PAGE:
In their discussions with the Pala Band, GCL came to understand and appreciate the importance of the surrounding community and the interest in preserving a cultural landscape. GCL has begun to explore alternative uses for the remaining land which include residential and commercial development. The Pala Band has long urged developers to consider such alternative uses for the property and has agreed to show support for GCL throughout this process.
“The Pala Band of Mission Indians is very pleased to have been able to work cooperatively with GCL to achieve a result that protects both our sacred sites and the water resources critical to numerous users along the river,” said Pala Band Chairman Robert Smith. “Palasupports GCL’s efforts to construct an alternative and more desirable residential and commercial project on its remaining property.”
Pala Environmental Director and Tribal Historic Preservation Officer Shasta Gaughen added, “This is a victory not just for Pala but for all Native people who continue the fight to protect sacred lands and waters all over the country. We are relieved to know that sacred Chokla will never again be threatened.”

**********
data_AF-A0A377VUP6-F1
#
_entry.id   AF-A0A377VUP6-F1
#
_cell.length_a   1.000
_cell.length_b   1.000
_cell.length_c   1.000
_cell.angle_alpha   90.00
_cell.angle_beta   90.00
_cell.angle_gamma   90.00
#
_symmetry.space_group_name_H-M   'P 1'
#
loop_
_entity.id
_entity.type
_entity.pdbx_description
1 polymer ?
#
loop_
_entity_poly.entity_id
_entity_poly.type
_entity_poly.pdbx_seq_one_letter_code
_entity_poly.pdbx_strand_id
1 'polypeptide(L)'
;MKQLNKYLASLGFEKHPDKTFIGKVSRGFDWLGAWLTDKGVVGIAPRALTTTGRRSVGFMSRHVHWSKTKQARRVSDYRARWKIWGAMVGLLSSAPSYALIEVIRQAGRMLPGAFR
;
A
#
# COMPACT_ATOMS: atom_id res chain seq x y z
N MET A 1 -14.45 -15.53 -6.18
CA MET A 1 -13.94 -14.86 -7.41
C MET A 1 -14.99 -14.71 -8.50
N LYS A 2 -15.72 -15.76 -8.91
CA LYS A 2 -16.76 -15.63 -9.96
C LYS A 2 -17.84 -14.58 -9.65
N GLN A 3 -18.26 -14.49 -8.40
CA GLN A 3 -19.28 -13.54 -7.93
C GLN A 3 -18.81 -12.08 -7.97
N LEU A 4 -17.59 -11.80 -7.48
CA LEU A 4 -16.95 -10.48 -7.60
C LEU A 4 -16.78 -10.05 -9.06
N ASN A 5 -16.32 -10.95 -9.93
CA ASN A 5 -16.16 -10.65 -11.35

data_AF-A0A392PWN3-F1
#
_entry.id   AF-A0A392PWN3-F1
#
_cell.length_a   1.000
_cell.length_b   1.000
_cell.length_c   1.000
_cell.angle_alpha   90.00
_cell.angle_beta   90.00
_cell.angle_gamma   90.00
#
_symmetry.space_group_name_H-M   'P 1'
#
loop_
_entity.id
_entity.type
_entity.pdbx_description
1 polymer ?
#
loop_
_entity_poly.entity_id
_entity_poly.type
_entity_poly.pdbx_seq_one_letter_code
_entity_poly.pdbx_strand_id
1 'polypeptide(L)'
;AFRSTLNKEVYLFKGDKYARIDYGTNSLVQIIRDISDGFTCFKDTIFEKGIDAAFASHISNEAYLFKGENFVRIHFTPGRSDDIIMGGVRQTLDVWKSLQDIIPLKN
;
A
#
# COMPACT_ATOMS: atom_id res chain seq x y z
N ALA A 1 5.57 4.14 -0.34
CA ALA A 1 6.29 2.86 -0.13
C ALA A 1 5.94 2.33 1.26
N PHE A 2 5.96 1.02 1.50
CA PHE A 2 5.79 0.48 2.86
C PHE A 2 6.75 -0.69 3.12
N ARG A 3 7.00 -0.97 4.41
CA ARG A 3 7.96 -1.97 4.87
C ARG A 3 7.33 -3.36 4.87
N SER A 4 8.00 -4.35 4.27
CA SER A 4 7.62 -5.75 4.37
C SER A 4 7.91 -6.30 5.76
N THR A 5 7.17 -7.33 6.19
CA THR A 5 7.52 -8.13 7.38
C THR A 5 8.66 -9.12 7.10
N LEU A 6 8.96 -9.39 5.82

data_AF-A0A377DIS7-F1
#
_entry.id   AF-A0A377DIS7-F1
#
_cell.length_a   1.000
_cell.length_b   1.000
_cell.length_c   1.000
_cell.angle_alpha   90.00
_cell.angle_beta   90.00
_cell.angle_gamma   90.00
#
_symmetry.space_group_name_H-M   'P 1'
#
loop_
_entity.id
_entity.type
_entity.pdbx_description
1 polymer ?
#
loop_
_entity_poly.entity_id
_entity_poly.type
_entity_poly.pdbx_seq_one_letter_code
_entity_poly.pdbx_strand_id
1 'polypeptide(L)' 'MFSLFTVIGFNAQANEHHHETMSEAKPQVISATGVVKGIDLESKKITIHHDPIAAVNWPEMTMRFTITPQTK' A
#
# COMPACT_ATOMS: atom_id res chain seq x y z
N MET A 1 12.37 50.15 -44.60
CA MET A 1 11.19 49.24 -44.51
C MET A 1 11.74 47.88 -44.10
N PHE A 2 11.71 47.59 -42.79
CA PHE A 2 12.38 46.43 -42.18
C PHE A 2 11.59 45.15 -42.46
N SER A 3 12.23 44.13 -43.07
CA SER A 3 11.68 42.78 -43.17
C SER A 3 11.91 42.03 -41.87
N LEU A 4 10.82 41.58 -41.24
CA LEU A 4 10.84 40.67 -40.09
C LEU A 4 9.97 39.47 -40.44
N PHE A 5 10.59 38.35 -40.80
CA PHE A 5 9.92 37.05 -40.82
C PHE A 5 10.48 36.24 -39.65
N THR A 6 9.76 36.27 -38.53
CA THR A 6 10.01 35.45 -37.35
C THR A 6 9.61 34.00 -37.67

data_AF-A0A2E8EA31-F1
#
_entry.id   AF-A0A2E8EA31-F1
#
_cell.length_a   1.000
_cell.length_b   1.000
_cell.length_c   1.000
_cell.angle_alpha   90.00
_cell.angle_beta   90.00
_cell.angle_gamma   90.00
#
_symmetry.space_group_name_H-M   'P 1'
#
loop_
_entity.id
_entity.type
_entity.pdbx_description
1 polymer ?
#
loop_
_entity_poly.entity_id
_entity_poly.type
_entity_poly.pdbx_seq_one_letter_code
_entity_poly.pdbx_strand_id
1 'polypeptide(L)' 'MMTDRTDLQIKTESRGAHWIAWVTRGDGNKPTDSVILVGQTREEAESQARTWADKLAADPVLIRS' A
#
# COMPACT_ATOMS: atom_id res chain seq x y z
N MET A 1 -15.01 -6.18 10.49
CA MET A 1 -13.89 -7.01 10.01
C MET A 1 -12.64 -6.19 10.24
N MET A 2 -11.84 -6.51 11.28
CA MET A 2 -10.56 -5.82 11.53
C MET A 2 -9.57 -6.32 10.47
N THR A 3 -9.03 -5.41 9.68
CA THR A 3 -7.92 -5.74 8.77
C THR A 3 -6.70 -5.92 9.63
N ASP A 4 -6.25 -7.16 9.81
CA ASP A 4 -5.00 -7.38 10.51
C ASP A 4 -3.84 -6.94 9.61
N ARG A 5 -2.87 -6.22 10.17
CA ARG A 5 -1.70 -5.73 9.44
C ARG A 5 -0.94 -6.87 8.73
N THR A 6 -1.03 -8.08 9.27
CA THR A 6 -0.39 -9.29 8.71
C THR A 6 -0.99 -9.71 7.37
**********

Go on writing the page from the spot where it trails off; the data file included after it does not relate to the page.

Todd Mikles, principal of GCL, stated that, “Since my involvement two years ago, I made it a priority to understand the concerns of the Pala Band and neighboring community. I commend Chairman Smith and the entire Pala Band on working with us to reach a resolution. We are excited about the prospect of benefiting North County San Diego in the future.”
The Pala Band of Mission Indians is a federally recognized tribe whose reservation is located along the Palomar Mountain range approximately 30 miles northeast of San Diego. The majority of the over 900 tribal members live on the 12,000-acre reservation,established for Cupeño and Luiseño Indians, who consider themselves to be one proud people – Pala.